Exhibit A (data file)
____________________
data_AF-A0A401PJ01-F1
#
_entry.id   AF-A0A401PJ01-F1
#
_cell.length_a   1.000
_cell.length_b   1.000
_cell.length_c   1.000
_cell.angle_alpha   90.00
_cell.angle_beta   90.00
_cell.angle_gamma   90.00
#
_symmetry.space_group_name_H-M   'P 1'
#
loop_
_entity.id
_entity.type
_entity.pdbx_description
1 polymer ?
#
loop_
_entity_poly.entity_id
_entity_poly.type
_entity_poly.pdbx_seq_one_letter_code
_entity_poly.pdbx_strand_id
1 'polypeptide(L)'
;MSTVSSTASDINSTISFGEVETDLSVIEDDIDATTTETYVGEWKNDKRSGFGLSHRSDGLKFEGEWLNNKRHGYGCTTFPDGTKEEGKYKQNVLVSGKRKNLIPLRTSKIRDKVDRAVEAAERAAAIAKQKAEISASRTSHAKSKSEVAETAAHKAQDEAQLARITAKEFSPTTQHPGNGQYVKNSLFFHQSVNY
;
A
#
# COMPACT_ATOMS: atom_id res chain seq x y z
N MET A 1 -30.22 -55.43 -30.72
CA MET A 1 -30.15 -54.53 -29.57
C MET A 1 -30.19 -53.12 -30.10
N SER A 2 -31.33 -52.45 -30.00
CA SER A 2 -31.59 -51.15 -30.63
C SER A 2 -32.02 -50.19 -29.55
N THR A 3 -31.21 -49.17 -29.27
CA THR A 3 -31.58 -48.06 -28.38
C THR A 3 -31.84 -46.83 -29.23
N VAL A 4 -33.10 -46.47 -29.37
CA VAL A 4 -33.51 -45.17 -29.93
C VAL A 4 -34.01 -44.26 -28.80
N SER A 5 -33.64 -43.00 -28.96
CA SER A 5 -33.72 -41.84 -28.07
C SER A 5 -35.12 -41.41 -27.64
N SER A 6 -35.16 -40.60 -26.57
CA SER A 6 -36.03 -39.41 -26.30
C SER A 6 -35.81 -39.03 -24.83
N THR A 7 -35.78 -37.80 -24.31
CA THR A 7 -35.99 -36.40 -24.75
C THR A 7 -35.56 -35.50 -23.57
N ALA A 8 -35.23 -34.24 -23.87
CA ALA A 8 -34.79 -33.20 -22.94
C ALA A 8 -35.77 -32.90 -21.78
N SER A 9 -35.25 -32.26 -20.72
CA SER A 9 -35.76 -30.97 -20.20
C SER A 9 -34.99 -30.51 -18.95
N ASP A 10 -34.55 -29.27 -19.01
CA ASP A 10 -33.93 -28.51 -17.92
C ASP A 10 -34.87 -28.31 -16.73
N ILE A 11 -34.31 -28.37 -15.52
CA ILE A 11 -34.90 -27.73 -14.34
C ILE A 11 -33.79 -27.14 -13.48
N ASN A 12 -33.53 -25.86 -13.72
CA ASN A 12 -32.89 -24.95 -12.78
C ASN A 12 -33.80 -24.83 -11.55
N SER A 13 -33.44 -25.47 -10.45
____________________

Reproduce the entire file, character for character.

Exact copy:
data_AF-A0A401PJ01-F1
#
_entry.id   AF-A0A401PJ01-F1
#
_cell.length_a   1.000
_cell.length_b   1.000
_cell.length_c   1.000
_cell.angle_alpha   90.00
_cell.angle_beta   90.00
_cell.angle_gamma   90.00
#
_symmetry.space_group_name_H-M   'P 1'
#
loop_
_entity.id
_entity.type
_entity.pdbx_description
1 polymer ?
#
loop_
_entity_poly.entity_id
_entity_poly.type
_entity_poly.pdbx_seq_one_letter_code
_entity_poly.pdbx_strand_id
1 'polypeptide(L)'
;MSTVSSTASDINSTISFGEVETDLSVIEDDIDATTTETYVGEWKNDKRSGFGLSHRSDGLKFEGEWLNNKRHGYGCTTFPDGTKEEGKYKQNVLVSGKRKNLIPLRTSKIRDKVDRAVEAAERAAAIAKQKAEISASRTSHAKSKSEVAETAAHKAQDEAQLARITAKEFSPTTQHPGNGQYVKNSLFFHQSVNY
;
A
#
# COMPACT_ATOMS: atom_id res chain seq x y z
N MET A 1 -30.22 -55.43 -30.72
CA MET A 1 -30.15 -54.53 -29.57
C MET A 1 -30.19 -53.12 -30.10
N SER A 2 -31.33 -52.45 -30.00
CA SER A 2 -31.59 -51.15 -30.63
C SER A 2 -32.02 -50.19 -29.55
N THR A 3 -31.21 -49.17 -29.27
CA THR A 3 -31.58 -48.06 -28.38
C THR A 3 -31.84 -46.83 -29.23
N VAL A 4 -33.10 -46.47 -29.37
CA VAL A 4 -33.51 -45.17 -29.93
C VAL A 4 -34.01 -44.26 -28.80
N SER A 5 -33.64 -43.00 -28.96
CA SER A 5 -33.72 -41.84 -28.07
C SER A 5 -35.12 -41.41 -27.64
N SER A 6 -35.16 -40.60 -26.57
CA SER A 6 -36.03 -39.41 -26.30
C SER A 6 -35.81 -39.03 -24.83
N THR A 7 -35.78 -37.80 -24.31
CA THR A 7 -35.99 -36.40 -24.75
C THR A 7 -35.56 -35.50 -23.57
N ALA A 8 -35.23 -34.24 -23.87
CA ALA A 8 -34.79 -33.20 -22.94
C ALA A 8 -35.77 -32.90 -21.78
N SER A 9 -35.25 -32.26 -20.72
CA SER A 9 -35.76 -30.97 -20.20
C SER A 9 -34.99 -30.51 -18.95
N ASP A 10 -34.55 -29.27 -19.01
CA ASP A 10 -33.93 -28.51 -17.92
C ASP A 10 -34.87 -28.31 -16.73
N ILE A 11 -34.31 -28.37 -15.52
CA ILE A 11 -34.90 -27.73 -14.34
C ILE A 11 -33.79 -27.14 -13.48
N ASN A 12 -33.53 -25.86 -13.72
CA ASN A 12 -32.89 -24.95 -12.78
C ASN A 12 -33.80 -24.83 -11.55
N SER A 13 -33.44 -25.47 -10.45